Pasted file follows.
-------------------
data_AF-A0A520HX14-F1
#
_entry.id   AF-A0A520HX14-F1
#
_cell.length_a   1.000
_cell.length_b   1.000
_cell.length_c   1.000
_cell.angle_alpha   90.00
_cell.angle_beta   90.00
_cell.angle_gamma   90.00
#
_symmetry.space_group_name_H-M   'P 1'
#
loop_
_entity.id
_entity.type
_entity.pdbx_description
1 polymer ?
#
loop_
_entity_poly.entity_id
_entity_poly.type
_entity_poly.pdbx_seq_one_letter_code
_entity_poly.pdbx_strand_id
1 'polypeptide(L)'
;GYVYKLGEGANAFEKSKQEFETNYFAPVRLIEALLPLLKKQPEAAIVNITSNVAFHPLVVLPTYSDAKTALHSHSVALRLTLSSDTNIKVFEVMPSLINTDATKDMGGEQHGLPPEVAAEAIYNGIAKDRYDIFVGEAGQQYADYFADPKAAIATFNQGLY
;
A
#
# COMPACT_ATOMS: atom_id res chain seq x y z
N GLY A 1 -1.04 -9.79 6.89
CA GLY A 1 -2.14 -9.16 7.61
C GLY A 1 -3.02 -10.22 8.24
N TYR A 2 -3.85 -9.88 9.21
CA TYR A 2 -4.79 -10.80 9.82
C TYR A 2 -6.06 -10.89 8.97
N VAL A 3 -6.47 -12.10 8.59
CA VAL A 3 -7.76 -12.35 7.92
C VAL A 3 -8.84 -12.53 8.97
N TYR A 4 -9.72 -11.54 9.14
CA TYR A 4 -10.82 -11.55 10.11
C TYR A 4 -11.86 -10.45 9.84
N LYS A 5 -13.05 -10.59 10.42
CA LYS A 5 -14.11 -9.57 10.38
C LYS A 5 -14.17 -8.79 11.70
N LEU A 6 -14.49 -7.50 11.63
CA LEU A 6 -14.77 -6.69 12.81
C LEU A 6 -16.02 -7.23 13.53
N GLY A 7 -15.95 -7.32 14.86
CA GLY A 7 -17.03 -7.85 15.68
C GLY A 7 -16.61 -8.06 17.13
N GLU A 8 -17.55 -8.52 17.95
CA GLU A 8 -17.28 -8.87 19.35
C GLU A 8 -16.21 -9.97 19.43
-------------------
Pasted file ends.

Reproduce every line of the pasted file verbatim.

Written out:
data_AF-A0A520HX14-F1
#
_entry.id   AF-A0A520HX14-F1
#
_cell.length_a   1.000
_cell.length_b   1.000
_cell.length_c   1.000
_cell.angle_alpha   90.00
_cell.angle_beta   90.00
_cell.angle_gamma   90.00
#
_symmetry.space_group_name_H-M   'P 1'
#
loop_
_entity.id
_entity.type
_entity.pdbx_description
1 polymer ?
#
loop_
_entity_poly.entity_id
_entity_poly.type
_entity_poly.pdbx_seq_one_letter_code
_entity_poly.pdbx_strand_id
1 'polypeptide(L)'
;GYVYKLGEGANAFEKSKQEFETNYFAPVRLIEALLPLLKKQPEAAIVNITSNVAFHPLVVLPTYSDAKTALHSHSVALRLTLSSDTNIKVFEVMPSLINTDATKDMGGEQHGLPPEVAAEAIYNGIAKDRYDIFVGEAGQQYADYFADPKAAIATFNQGLY
;
A
#
# COMPACT_ATOMS: atom_id res chain seq x y z
N GLY A 1 -1.04 -9.79 6.89
CA GLY A 1 -2.14 -9.16 7.61
C GLY A 1 -3.02 -10.22 8.24
N TYR A 2 -3.85 -9.88 9.21
CA TYR A 2 -4.79 -10.80 9.82
C TYR A 2 -6.06 -10.89 8.97
N VAL A 3 -6.47 -12.10 8.59
CA VAL A 3 -7.76 -12.35 7.92
C VAL A 3 -8.84 -12.53 8.97
N TYR A 4 -9.72 -11.54 9.14
CA TYR A 4 -10.82 -11.55 10.11
C TYR A 4 -11.86 -10.45 9.84
N LYS A 5 -13.05 -10.59 10.42
CA LYS A 5 -14.11 -9.57 10.38
C LYS A 5 -14.17 -8.79 11.70
N LEU A 6 -14.49 -7.50 11.63
CA LEU A 6 -14.77 -6.69 12.81
C LEU A 6 -16.02 -7.23 13.53
N GLY A 7 -15.95 -7.32 14.86
CA GLY A 7 -17.03 -7.85 15.68
C GLY A 7 -16.61 -8.06 17.13
N GLU A 8 -17.55 -8.52 17.95
CA GLU A 8 -17.28 -8.87 19.35
C GLU A 8 -16.21 -9.97 19.43